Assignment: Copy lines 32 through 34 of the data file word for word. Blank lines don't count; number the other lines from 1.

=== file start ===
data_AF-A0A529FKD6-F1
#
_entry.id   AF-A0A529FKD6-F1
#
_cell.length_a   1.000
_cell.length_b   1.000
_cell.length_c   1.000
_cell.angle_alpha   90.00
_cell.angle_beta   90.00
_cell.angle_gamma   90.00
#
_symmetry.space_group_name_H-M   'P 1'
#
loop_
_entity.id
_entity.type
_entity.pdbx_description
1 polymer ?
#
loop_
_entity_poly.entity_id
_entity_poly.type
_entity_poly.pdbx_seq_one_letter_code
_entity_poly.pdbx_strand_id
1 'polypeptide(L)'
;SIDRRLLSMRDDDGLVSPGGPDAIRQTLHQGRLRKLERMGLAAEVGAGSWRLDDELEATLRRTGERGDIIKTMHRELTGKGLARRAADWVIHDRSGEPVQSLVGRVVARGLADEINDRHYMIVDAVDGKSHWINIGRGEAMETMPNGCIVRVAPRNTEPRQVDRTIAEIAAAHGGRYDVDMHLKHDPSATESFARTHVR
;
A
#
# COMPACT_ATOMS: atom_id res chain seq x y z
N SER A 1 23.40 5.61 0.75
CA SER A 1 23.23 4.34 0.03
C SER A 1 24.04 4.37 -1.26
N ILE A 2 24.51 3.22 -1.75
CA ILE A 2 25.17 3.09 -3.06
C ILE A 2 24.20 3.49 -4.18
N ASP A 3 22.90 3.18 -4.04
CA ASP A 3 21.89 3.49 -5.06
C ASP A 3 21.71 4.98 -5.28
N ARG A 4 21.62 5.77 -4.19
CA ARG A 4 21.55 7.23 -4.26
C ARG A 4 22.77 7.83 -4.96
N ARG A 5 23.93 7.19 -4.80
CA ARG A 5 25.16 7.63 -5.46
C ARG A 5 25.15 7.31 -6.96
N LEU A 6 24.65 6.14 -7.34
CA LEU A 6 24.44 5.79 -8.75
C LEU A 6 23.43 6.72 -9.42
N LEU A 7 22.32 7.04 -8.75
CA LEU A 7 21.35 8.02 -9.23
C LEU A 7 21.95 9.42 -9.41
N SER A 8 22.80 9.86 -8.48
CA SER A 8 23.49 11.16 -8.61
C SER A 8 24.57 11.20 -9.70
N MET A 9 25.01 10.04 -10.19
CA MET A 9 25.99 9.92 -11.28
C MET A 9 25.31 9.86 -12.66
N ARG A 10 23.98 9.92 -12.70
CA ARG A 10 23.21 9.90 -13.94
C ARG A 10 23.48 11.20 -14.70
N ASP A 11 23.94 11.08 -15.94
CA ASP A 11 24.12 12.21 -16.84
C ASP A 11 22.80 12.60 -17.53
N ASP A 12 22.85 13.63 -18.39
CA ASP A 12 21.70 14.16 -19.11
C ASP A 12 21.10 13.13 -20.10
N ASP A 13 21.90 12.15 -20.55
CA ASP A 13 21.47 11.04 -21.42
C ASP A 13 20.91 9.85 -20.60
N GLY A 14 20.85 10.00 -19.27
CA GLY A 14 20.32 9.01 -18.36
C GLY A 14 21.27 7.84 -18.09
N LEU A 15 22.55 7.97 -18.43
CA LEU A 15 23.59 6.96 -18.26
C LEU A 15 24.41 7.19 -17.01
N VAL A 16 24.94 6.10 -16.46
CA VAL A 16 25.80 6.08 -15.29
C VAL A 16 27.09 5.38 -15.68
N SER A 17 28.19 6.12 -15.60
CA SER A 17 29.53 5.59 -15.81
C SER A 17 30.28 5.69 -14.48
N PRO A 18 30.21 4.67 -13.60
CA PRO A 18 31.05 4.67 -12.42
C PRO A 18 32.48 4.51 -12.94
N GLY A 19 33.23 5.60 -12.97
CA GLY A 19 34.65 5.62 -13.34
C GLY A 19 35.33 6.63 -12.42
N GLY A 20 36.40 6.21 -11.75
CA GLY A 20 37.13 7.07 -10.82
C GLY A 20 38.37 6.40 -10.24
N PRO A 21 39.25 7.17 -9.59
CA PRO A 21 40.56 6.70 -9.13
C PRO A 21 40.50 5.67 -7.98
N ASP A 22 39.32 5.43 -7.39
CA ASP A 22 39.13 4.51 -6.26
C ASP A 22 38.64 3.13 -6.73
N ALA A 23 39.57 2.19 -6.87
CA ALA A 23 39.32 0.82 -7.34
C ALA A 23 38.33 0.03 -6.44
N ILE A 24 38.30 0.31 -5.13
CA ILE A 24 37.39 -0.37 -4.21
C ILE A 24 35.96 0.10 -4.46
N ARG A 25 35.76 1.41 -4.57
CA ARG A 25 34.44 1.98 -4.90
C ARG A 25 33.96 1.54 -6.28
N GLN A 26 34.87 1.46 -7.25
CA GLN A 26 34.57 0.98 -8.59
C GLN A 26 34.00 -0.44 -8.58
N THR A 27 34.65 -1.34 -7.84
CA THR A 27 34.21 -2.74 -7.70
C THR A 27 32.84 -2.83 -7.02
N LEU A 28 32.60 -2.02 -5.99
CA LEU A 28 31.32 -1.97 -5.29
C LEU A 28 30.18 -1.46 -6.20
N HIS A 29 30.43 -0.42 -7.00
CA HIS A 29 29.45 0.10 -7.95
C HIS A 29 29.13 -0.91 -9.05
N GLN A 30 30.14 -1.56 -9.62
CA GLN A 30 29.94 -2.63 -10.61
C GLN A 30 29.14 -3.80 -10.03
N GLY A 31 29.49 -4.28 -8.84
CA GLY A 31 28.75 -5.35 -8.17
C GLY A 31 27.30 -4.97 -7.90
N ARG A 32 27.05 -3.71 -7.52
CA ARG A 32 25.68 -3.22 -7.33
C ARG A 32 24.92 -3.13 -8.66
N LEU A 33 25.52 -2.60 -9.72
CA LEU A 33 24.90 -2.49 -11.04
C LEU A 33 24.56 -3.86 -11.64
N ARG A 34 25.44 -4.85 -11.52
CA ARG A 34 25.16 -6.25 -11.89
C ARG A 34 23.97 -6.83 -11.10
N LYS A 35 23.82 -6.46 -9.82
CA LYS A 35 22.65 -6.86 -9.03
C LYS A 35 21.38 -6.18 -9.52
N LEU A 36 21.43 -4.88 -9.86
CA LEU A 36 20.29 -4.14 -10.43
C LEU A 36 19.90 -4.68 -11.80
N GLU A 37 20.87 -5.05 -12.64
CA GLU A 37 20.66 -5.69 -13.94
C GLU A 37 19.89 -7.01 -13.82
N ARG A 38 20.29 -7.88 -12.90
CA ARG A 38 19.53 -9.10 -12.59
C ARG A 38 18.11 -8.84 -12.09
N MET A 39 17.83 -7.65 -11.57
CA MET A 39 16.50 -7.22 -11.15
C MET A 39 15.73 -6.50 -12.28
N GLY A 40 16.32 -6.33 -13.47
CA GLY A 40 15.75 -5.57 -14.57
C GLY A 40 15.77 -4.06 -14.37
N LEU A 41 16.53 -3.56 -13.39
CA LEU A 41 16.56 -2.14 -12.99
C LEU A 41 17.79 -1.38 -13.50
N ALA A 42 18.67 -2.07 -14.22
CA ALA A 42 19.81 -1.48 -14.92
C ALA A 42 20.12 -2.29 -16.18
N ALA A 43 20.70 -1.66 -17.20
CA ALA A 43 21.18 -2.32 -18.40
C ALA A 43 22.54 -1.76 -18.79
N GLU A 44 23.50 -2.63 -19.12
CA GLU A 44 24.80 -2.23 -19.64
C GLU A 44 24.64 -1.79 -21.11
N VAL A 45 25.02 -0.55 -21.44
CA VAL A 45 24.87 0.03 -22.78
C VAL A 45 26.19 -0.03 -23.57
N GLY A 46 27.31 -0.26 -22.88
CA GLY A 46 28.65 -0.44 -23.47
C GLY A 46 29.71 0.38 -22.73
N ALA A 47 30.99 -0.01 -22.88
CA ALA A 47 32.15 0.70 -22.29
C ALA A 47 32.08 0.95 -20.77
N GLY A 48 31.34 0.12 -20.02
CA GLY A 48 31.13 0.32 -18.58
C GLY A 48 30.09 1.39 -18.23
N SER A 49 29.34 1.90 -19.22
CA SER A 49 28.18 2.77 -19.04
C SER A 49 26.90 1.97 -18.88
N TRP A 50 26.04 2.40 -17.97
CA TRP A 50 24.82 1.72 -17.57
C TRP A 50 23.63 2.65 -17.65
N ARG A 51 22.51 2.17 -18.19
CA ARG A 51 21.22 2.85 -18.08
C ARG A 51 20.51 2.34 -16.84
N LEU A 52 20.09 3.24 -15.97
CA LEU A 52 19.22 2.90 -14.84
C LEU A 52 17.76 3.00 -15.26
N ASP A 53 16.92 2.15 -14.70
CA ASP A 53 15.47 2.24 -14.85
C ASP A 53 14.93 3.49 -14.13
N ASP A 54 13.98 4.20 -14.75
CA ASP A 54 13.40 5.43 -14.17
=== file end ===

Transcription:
CA SER A 1 23.23 4.34 0.03
C SER A 1 24.04 4.37 -1.26
N ILE A 2 24.51 3.22 -1.75